Coffee: The menu featured the standard selection of coffee and espresso drinks. A sizeable selection of freshly made fruit and vegetable juices is also available. Standard milk and sweetener options are available. The cappuccino was a little weak and heavy on the foam.
Food: Ready brings in Dinkel’s doughnuts and pastries, and sandwiches from Delightful Pastries. The selection of sandwiches was small and I opted for an egg’spresso bagel sandwich with cheese, made in house. The eggs were nice and fluffy but tasted like they came out of a bottle. The multigrain bagel was soft and warm but the sandwich needed more seasoning and some crunchy veggies. I couldn’t resist trying the maple pecan donut and I wasn’t disappointed. It was cakey but not too dense. The maple glaze is the dominant flavor, and the crushed pecans add a slight crunch.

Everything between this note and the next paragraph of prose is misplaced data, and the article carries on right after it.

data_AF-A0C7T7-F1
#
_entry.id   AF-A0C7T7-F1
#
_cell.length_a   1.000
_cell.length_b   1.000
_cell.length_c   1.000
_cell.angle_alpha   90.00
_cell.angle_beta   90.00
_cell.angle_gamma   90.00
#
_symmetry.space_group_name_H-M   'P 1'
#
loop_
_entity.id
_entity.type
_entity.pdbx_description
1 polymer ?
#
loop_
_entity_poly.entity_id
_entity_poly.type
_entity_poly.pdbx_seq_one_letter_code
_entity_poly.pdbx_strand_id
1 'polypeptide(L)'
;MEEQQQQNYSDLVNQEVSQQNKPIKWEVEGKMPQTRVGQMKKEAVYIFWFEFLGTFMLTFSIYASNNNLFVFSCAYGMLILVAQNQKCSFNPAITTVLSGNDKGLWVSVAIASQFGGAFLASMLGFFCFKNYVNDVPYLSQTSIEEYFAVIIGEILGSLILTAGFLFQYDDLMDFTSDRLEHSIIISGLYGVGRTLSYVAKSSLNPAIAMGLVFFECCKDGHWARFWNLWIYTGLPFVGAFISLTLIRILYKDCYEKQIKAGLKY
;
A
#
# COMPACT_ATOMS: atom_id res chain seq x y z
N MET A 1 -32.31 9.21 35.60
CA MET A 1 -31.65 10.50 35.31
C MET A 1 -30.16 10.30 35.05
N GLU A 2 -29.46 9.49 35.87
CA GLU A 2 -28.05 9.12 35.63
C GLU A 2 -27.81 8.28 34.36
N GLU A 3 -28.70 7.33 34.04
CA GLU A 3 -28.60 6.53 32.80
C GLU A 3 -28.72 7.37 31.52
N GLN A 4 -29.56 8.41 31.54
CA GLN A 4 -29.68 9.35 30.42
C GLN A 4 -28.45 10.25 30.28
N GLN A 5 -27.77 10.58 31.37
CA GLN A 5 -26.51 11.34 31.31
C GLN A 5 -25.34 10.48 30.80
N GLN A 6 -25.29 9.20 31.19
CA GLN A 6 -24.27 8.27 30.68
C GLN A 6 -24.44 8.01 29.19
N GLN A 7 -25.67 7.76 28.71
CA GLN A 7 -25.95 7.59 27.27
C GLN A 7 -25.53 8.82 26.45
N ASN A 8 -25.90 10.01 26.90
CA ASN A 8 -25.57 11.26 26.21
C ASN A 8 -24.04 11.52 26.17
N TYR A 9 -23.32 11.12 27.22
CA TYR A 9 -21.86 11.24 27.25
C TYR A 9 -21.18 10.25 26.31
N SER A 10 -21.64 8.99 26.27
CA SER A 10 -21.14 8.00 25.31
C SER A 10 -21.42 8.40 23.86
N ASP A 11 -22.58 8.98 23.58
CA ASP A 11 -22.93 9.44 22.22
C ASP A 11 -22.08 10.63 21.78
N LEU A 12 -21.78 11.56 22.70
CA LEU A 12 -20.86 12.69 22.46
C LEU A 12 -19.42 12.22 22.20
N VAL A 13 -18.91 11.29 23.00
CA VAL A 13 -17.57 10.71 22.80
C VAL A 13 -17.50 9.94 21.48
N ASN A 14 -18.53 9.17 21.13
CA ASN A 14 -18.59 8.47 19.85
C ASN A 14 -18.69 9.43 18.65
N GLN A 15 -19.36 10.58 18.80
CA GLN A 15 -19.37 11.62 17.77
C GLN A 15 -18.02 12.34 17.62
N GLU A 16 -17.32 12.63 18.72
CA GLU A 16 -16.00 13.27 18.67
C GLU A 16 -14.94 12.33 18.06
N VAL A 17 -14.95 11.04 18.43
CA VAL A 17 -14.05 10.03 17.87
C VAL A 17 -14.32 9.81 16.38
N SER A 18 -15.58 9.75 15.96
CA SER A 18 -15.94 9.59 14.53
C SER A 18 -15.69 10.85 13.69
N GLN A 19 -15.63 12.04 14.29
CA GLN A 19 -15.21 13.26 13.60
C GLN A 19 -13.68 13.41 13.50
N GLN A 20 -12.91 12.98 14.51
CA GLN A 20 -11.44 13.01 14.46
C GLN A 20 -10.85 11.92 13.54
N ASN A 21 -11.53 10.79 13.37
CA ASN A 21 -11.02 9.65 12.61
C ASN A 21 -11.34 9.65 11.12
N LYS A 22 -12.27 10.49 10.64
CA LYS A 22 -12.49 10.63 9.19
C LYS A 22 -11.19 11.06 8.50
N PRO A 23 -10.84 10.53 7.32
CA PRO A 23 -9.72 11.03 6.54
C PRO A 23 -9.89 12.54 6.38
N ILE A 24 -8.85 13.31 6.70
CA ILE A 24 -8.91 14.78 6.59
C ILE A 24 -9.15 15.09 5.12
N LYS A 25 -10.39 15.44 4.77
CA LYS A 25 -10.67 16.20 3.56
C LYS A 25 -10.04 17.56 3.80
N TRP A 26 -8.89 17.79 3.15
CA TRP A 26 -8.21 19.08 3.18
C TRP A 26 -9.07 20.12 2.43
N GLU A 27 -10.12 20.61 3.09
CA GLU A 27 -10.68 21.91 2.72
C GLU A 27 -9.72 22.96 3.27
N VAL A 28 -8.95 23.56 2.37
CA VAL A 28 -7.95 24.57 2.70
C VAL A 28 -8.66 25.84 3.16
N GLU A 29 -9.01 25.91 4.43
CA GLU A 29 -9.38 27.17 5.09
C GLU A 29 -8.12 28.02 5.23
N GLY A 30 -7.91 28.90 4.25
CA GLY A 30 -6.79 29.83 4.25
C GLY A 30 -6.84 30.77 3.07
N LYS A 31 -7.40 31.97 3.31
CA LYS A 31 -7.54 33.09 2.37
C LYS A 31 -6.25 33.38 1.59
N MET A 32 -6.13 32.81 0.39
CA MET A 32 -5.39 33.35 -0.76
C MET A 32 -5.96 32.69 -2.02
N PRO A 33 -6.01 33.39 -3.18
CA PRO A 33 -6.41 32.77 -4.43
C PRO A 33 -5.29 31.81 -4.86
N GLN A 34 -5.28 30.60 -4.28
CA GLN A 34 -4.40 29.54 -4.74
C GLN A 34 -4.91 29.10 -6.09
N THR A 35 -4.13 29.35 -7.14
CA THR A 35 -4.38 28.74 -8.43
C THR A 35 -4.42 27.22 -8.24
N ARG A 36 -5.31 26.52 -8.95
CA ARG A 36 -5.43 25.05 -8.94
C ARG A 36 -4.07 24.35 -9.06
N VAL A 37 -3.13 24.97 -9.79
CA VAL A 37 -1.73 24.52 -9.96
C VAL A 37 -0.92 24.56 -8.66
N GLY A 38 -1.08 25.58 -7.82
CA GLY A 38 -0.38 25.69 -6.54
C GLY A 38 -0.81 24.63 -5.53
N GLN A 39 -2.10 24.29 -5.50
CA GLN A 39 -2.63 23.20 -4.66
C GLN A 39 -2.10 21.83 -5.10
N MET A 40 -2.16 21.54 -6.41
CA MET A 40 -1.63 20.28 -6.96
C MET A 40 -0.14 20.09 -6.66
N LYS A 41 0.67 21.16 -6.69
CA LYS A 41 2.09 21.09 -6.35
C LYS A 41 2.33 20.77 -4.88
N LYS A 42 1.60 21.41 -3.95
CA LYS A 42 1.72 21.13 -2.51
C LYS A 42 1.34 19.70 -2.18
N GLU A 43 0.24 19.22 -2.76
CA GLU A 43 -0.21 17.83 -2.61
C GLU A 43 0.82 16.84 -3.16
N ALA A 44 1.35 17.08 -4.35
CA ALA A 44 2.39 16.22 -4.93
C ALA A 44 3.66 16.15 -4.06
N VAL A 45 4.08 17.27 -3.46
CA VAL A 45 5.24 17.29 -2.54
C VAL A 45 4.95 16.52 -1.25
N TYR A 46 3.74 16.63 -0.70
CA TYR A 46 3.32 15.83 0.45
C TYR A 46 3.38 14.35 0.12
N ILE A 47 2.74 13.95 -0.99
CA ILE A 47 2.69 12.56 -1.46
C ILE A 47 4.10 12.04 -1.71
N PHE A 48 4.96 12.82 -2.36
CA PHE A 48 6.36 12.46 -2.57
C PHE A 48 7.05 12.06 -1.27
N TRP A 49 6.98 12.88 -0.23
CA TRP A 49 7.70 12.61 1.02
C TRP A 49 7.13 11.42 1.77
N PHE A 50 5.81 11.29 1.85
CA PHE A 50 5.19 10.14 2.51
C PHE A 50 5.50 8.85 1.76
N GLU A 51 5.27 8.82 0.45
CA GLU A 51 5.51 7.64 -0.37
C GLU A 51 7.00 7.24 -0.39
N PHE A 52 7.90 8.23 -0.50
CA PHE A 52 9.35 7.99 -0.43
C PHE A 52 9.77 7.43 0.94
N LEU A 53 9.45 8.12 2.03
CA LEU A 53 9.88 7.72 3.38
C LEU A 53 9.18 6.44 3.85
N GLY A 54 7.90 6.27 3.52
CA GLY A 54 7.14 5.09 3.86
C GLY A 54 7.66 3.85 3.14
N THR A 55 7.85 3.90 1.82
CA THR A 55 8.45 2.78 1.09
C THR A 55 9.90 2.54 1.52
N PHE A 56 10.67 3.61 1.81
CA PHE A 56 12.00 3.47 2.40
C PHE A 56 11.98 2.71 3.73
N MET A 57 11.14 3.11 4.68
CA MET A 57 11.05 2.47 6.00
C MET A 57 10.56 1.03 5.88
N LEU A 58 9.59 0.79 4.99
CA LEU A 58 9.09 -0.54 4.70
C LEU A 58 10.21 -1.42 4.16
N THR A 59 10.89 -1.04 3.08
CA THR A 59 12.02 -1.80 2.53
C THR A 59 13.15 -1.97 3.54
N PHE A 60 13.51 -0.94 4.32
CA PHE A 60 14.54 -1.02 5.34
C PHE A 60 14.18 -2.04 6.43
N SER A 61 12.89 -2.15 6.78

Service: The service left something to be desired. We were the only customers in line and the barista forgot my cappuccino, so I had to go back to the counter and ask for it. They were nice enough, but could have been more professional.
Tab: Bagel sandwich, $4; cappuccino. $3; doughnut, $2.25.—EG
1458 W Chicago Ave
First impressions: There are a few tables, a couple of which have armchairs, a couch along one wall and limited counter seating. I felt like I could sit for a while and do homework and every table has the Wi-Fi network and password posted, so you don’t have to go back up to ask the barista. Decorations ranged from a wall of black and white portraits to a wall of printed pages with snarky descriptions of Chicago neighborhoods, ie. “Lincoln Park: Watch the Yuppies in their natural habitat.”